After MANY dedicated years to the agency, we hate to see two members of the FCS family leave…even if it is for retirement! Russ Hollier joined Family Counseling Services 21 years ago. Peter Morse-Ackley is close behind him, joining the agency 14 years ago. Including their previous positions, these two veteran clinicians have a combined 75 years of clinical experience in the profession, leaving some big shoes to fill!
What will they miss?
“Most of all I will miss clients and their bravery to confront the issues in their lives…this has been my greatest privilege to be in their presence as they make changes,” said Hollier.
“Seeing people be happier, reaching their goals, having hope again…them knowing that someone believed them and cared for them,” shared Morse-Ackley.
What have they found most rewarding?
“Helping some people make significant changes in their lives,” said Morse-Ackley. “People sharing for the first time that they “heard voices” and “saw things”, and people stopping drinking or drugs after multiple previous attempts…and people that we were able to help overcome their PTSD.” He also talked about the rewards of helping people get into college and BOCES training programs for the first time…skilled jobs instead of unskilled work.
For many years, Hollier has had a “partner” who hangs out in his office. “My favorite memories are having had the opportunity to work with a therapy dog, Toby, and a couple of his predecessors and bearing witness to the subtle power of animal assisted therapy for clients and the support of many staff that have made their way to my office to sit with, pet, talk to or cry with a canine presence,” said Hollier. “My greatest satisfaction has come from the supervision of other therapists that have grown and moved on professionally to advanced positions,” he added.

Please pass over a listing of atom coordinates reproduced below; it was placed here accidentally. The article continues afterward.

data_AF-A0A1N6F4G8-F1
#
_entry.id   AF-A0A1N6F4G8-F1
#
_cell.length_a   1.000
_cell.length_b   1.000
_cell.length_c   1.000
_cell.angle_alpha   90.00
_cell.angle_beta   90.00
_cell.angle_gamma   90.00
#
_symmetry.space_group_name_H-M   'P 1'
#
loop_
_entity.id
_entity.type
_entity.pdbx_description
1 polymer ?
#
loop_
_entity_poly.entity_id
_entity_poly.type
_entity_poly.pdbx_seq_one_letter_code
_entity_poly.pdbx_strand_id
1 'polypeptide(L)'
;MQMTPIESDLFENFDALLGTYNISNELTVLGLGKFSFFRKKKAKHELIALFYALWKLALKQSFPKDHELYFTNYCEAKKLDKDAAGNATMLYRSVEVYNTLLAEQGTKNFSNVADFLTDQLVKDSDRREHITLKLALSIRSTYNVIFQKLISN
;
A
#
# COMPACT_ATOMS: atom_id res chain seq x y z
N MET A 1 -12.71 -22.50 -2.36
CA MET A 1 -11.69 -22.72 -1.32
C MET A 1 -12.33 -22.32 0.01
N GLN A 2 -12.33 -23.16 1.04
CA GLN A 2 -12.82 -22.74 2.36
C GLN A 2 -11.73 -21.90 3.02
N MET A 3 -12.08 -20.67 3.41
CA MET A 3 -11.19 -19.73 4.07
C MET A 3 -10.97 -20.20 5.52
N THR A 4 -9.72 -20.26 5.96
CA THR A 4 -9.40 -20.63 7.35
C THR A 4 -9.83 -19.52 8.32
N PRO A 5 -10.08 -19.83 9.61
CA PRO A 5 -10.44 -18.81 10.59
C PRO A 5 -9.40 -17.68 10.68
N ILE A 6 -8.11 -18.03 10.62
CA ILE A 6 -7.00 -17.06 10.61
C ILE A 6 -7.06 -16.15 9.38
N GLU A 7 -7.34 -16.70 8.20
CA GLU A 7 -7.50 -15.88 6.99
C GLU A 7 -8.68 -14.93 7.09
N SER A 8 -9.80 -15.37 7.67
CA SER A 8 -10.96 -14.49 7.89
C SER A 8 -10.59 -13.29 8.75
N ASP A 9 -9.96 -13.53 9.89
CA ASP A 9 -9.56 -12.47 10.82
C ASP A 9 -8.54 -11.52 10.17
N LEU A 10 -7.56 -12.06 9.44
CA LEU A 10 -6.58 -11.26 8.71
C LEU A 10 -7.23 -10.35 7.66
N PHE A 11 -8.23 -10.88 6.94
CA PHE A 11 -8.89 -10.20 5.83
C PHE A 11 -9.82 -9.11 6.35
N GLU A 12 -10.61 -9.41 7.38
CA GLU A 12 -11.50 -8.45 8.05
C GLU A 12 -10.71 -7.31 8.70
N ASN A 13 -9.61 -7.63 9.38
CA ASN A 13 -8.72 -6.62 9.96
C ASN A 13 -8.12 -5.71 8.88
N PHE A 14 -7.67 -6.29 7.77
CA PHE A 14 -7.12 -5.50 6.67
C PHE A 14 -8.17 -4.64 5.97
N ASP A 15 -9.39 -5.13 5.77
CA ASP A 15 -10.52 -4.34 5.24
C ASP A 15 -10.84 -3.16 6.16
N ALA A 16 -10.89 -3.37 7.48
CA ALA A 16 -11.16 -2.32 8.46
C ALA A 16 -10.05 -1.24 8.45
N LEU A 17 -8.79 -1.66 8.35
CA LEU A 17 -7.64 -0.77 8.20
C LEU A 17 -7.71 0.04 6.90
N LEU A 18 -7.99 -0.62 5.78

Their dedication is apparent as both talked about the opportunity to serve people in the Cortland community and provide the best service community members could get anywhere. But they also appreciated the opportunities for growth and professional development. “I saw the CD (chemical dependency) program growing and changing for the better, and I was learning a lot and becoming a better counselor, and the people we served were appreciative,” said Morse-Ackley.
So what changed in the past 20 years?
“Advances in therapeutic interventions, the integration of physical medicine, and the revolution of health care finance and regulations have made significant impacts,” said Hollier. “As a social worker you have to believe in change, as a therapist, supervisor and administrator I have had the opportunity to be an agent of change for individuals, the agency and the community.”
Morse-Ackley talked about the changes in clinical perspective over time. “Now we have a better focus on the whole person, not just the alcohol and drugs,” he said. “We also have better focus on co-occurring disabilities, and awareness that some people need opiates for pain management or benzo’s for anxiety even though they have an addiction history.”
What’s next for these gentleman?
For Morse-Ackley, the grass may indeed be greener….he’s retiring in Ireland! He and his wife are looking forward to some fun and travel without having the stress and responsibility of work. An avid gardener, Morse-Ackley is eager to tackle the neglected gardens around their Irish cottage. They also plan to fulfill promises on their “bucket list” like retracing her dad’s footsteps at Utah Beach on D-Day.
Hollier will devote full time attention to his business, Russ Hollier Dog Training. In addition to conventional dog training services, he will be working with people who want to train a psychiatric service dog or emotional support dog. Hollier is also an approved trainer for Pets for Vets (US military service veterans) whose mission is to select, train and match dogs from animal welfare shelters and place them with US military veterans for the emotional, social and psychological benefits of having a skilled companion animal.